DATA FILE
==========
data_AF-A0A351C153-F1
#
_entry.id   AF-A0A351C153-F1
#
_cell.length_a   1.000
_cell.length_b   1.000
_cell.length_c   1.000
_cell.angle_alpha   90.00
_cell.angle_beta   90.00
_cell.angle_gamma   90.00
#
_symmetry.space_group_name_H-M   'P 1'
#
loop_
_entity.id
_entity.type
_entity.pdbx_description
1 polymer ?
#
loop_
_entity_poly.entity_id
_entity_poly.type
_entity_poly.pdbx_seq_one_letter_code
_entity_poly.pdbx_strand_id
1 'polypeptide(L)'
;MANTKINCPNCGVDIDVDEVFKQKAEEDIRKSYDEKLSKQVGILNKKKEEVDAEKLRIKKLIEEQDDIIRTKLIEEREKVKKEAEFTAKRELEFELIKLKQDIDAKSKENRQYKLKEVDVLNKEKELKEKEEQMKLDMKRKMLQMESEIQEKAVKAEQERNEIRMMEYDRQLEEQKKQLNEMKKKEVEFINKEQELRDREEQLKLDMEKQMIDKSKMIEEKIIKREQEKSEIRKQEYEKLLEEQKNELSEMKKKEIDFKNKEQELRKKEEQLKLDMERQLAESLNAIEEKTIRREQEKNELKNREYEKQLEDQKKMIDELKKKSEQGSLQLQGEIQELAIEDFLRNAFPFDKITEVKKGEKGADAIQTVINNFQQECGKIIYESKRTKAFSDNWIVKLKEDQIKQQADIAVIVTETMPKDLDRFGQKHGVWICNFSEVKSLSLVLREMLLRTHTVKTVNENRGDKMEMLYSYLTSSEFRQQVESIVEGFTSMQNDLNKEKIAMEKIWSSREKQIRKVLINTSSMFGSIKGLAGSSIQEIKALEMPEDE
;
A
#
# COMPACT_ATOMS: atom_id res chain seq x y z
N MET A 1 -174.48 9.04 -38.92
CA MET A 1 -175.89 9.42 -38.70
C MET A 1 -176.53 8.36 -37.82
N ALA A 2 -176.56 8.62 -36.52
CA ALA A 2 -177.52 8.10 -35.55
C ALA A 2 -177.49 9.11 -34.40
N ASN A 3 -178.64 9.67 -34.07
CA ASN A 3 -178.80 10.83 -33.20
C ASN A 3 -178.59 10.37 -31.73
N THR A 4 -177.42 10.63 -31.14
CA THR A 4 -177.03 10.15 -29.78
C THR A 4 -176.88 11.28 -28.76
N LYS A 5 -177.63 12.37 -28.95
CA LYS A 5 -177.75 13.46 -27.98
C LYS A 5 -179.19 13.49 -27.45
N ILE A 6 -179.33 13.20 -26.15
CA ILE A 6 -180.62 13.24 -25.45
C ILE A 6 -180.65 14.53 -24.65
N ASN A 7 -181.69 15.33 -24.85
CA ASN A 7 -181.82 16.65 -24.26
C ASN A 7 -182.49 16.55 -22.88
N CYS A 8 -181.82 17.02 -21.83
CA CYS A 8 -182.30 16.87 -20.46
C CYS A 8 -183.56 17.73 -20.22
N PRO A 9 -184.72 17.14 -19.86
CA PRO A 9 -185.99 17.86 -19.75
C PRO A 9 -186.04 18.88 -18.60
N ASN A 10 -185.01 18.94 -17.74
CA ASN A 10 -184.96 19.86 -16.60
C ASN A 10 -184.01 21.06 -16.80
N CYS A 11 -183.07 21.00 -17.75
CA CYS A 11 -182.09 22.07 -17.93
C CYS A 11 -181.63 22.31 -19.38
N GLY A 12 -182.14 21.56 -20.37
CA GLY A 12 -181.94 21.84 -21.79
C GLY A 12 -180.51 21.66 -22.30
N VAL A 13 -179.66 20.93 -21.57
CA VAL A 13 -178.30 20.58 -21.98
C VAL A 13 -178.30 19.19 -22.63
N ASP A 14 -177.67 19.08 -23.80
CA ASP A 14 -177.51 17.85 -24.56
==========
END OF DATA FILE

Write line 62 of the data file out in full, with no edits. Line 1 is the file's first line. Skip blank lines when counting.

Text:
CA CYS A 11 -182.09 22.07 -17.93